Reader's Cafe

<p>Though I mentioned the power of this book months ago, I didn't realize it has yet to be published in the US.</p>

<p>Mao, The Unknown Story by Jung Chang (author of Wild Swans) and Jon Halliday (husband and an English historian).</p>

<p>The book will be published on October 18th in the US. If you get a chance to hear Chang and Halliday lecture, go for it. </p>

<p>She writes Mao's amazing, gut wrenching history with an unblinking overview. Talk about learning what you didn't know. This book is sure to make the 'ten best' non-fiction list of the NYT.</p>

<p>CC parents will enjoy it, especially those with an interest in China and Asia and Russia.</p>

<p>Chang did all the research in China (why the Chinese let her do it is a developing back story even she does not understand). Halliday speaks seven or eight languages. He combed through the released KGB files to piece together the Russian half of the story. The result is very powerful.</p>

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<p>Any other new books to recommend?</p>

<p>I really enjoyed BLINK and TIPPING POINT</p>

<p>I will look for that H LOVES history...</p>

<p>What a great thread. CITY - I enjoyed TIPPING POINT but haven't read BLINK yet. I loved THE KITE RUNNER.</p>

<p>"The Shadow of The Wind" was one I read recently I couldn't put down.</p>

<p>Woow…so it turns out the anti-communists were actually right, and not just about Stalin, but Mao too! </p>

<p>Holy-moolly, who’s next? </p>

<p>Please tell me Ho Chi Min was the benevolent grandfatherly liberating type—that Fidel is really a misunderstood intellectual or the whole decadent thing will just collapse like a deck of cards…or perhaps, more apropos, dominoes! And wherever happened to Charles Manson and his libertine ‘damn the torpedoes’ venture; Pol Pot and his far-sighted anti-optician campaign? </p>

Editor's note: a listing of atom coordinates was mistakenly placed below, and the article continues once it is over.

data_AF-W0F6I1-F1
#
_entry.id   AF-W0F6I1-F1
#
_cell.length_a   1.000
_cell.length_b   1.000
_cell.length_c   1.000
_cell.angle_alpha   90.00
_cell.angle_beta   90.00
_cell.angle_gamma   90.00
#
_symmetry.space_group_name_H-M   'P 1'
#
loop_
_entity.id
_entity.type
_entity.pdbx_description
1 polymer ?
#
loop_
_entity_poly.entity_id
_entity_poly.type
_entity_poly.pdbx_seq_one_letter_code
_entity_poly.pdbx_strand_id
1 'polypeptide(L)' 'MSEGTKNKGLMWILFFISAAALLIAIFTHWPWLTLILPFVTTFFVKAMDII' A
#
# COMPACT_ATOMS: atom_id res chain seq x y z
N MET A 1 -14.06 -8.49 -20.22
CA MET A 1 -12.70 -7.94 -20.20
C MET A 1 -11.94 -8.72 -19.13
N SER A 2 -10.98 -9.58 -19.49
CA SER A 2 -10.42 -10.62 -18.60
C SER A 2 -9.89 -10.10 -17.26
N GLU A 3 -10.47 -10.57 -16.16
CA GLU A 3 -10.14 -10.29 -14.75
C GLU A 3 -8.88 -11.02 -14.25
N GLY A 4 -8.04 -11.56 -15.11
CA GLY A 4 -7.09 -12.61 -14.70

<p>I mean, what will remain of the gilded mythology of our brave left [new] taboo and tradition bustin’ world: Vatican II; Hollywood; the Lawyer’s Guild—Oprah? Please! They’re nothing but Platonic shadows on a soot-stained wall compared to the real heat-packin’ liberating’ deal of the big-dogs.</p>

<p>Better cancel my over-due subscription to the ‘Daily Worker’...and maybe even the news-stand version of “OPRAH,” since it is now—apparently—NYT chic to do so ;)</p>

<p>Just started Middlesex for book club but haven't gotten too far yet. I did read Angry Housewives Eating Bon Bons because so many people said it was good. It actually is a fun read and quite good but I will admit I hid the cover and title when reading it on the plane. You just need to get past the title.</p>

<p>Ugh FS.</p>

<p>Read the very scholarly book. Then come back and mock me.</p>

<p>FS- this was a very nice thread, if you have only deragatory things to say, move on...jeesh</p>

<p>Anyway, I am also reading Reformation, a tome to be sure, but actually pretty timely in a weird sort of way</p>

<p>But I do love Victorian Mysterys and the ones they televise on PBS</p>

<p>I read The Tipping Point too. I enjoyed it - except for the part about Baltimore and the syphillis epidemic. Because, now, I connote that with Johns Hopkins.</p>